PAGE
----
When the members of a family live together and the parents of the family work and earn incomes, generally the money they bring in is pooled together for the support and maintenance of everyone in the household. However, when parents separate or divorce and divide their incomes to support two different households, the financial maintenance of the family's members can become more subject to change. In Washington and other American jurisdictions, courts can assign some parties to pay child support and spousal support, also called alimony, for the care of those individuals who no longer live in the payers' homes.
How those payments are classified can make a big impact, though, on whether they are tax deductible for the paying party. For example, alimony or spousal support can be tax deductible for the paying party and included in the income of the recipient if it is for cash or a cash equivalent, given pursuant to a divorce order or agreement, paid to one's ex and meets several other criteria.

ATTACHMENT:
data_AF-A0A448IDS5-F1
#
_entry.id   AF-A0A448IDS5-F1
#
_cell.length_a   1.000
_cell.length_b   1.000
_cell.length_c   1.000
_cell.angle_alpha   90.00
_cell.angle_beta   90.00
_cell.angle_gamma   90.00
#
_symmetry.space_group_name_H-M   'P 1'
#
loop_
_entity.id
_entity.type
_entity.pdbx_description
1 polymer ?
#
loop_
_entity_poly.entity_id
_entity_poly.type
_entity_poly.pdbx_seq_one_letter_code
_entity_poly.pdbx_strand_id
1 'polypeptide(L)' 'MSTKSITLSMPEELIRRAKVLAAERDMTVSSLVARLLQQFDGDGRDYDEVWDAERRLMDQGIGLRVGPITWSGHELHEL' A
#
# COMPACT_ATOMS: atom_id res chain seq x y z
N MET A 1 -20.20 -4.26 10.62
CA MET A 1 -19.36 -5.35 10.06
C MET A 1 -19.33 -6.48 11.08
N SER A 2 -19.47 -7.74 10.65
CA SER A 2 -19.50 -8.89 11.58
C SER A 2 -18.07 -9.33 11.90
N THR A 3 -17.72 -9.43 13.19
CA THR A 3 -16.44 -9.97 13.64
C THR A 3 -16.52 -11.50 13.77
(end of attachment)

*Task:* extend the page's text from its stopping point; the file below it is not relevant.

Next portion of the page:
Child support, however, is never tax deductible. Parents have an obligation to financially support their children, and child support is therefore a necessary transaction to ensure that the kids' needs are met. Parents may seek to have their child support obligations terminated, though, if their children reach adulthood or otherwise qualify to have their support cut off.
As with all transactions related to family law matters readers are encourage to keep records of the child and spousal support payments they make and receive. Those records can be very useful if disputes ever arise regarding nonpayment or noncompliance with the terms of a family law order. Additional questions regarding these and other divorce-related topics should be raised with readers' family law attorneys.
Source: marketwatch.com, "How to make your alimony payments tax-deductible," Bill Bischoff, Aug. 15, 2017